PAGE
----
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Prediction of Composition and Emission Characteristics of Articles in Support of Exposure Assessment
Addington, C., K. Phillips, AND K. Isaacs. Prediction of Composition and Emission Characteristics of Articles in Support of Exposure Assessment. SETAC HT Screening Meeting, Durham, NC, April 16 - 18, 2018.
This presentation describes a modeling methodology to predict the likely composition of chemicals in polymer consumer products, and their resulting emission characteristics. The resulting models will allow for the parameterization and application of high-throughput human exposure models for articles.
The risk to humans from chemicals in consumer products is dependent on both hazard and exposure. The prediction and quantification of near-field (i.e., indoor) chemical exposure from household articles such as furniture and building materials is an ongoing effort. As opposed to (for example) cosmetic formulations which are regulated by the FDA, the chemical composition of articles, their chemical emission characteristics, and the resulting chemical exposures are less clear. We have developed a modeling methodology to predict the weight fraction of chemicals in a polymeric substrate and corresponding emission characteristics based on chemical and substrate structure. We constructed a database of reported and measured chemical concentrations in articles from publicly available sources including Health Product Declarations (HPDs). This database was then used to trained a random forest algorithm which predicts a chemical weight fraction bin based on chemical structure and properties. From the predicted weight fractions and chemical properties, we applied a group contribution method, UNIversal quasi-chemical Functional-group Activity Coefficients-Free Volume (UNIFAC-FV), to approximate steady-state gas phase concentrations (y0) at the substrate surface. The model was compared to published experimental y0 data from gas-chamber experiments. The resulting estimates of y0 can be used to parameterize existing high-throughput exposure models for substrate-chemicals combinations found in consumer articles. Thus from only the “first-principles” of chemical and substrate molecular structure, we can generate an estimate of chemical exposure, which carries information quantifying risk. This abstract does not reflect EPA policy.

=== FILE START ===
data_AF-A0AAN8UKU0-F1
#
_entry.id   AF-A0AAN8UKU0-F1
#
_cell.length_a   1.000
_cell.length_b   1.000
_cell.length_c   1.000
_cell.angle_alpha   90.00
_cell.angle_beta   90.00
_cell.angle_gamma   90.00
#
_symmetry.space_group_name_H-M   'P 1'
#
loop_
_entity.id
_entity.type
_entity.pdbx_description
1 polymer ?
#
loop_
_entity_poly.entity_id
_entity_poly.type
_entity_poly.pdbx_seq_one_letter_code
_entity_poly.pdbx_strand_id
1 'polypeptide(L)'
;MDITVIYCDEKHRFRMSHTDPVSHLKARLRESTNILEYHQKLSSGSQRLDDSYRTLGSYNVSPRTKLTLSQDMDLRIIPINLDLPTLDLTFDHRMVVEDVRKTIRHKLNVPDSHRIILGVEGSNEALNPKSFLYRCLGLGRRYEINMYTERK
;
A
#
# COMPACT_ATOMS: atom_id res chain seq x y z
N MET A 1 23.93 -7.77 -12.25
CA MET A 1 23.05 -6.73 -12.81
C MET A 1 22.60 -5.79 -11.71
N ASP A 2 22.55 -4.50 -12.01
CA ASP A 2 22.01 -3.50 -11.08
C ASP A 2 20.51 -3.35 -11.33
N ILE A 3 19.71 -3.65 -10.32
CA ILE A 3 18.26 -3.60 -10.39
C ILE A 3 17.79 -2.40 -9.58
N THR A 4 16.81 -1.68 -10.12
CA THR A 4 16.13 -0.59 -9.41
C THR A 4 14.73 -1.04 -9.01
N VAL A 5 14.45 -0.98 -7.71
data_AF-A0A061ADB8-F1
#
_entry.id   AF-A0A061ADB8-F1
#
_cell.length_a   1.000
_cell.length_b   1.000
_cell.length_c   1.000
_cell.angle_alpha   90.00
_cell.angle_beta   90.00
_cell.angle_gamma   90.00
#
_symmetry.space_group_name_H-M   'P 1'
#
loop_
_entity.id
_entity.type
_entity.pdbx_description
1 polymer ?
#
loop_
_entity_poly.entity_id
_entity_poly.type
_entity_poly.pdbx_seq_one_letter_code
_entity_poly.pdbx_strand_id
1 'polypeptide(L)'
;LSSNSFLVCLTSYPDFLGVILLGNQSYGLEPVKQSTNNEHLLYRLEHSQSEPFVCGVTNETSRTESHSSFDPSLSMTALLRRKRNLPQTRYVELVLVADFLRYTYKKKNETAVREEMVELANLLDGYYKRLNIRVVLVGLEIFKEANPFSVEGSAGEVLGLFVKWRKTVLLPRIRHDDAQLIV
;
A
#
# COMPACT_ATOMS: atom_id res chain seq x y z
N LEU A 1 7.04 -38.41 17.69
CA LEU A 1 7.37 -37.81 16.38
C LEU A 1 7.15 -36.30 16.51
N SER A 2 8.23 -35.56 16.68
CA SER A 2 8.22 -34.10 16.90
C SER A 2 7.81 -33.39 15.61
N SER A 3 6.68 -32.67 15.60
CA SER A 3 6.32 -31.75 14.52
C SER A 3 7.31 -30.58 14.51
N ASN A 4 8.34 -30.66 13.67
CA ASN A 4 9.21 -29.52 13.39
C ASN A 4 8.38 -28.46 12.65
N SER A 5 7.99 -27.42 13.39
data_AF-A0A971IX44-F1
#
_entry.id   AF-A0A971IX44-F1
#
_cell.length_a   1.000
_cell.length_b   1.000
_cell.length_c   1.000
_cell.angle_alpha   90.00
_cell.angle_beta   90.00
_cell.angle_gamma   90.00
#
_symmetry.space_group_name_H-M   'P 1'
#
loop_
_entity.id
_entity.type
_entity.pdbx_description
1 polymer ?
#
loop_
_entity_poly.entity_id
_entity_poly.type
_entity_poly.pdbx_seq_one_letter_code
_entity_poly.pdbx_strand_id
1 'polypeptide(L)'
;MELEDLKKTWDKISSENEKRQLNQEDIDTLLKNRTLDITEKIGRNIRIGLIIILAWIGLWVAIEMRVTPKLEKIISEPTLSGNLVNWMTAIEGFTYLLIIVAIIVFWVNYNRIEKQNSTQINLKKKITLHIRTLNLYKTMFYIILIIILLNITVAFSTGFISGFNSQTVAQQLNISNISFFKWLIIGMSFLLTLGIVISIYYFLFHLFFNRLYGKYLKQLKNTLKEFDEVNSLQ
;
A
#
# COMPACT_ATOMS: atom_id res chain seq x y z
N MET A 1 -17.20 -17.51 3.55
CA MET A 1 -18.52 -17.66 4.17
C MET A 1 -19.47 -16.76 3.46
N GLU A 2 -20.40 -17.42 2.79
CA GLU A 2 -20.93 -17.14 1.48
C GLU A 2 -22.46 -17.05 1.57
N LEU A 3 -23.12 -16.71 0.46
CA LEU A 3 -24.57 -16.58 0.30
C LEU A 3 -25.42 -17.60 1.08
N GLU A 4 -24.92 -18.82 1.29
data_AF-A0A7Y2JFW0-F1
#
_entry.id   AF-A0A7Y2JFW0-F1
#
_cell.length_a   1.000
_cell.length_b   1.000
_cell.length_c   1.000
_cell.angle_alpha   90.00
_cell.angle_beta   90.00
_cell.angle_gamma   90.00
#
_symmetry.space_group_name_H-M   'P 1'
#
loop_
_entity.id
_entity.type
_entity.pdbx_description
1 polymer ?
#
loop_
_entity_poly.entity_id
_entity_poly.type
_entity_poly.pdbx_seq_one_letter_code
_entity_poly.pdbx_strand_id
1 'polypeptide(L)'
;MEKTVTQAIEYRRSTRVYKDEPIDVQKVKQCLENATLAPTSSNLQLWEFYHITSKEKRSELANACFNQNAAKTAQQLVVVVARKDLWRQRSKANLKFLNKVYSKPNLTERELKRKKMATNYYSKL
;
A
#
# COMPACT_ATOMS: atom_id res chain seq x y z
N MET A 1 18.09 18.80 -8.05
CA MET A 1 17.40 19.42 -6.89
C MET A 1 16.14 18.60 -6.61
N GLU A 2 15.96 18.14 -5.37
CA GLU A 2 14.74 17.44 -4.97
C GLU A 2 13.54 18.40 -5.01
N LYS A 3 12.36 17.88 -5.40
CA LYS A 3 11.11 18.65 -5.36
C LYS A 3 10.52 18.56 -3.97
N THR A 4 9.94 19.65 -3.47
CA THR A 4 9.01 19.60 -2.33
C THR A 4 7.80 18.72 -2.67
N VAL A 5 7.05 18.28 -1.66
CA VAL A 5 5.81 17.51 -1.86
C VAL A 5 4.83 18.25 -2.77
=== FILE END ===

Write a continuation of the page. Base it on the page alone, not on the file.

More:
Record Details:Record Type: DOCUMENT (PRESENTATION/POSTER)
Organization:U.S. ENVIRONMENTAL PROTECTION AGENCY
OFFICE OF RESEARCH AND DEVELOPMENT
NATIONAL EXPOSURE RESEARCH LABORATORY
COMPUTATIONAL EXPOSURE DIVISION
HUMAN EXPOSURE & DOSE MODELING BRANCH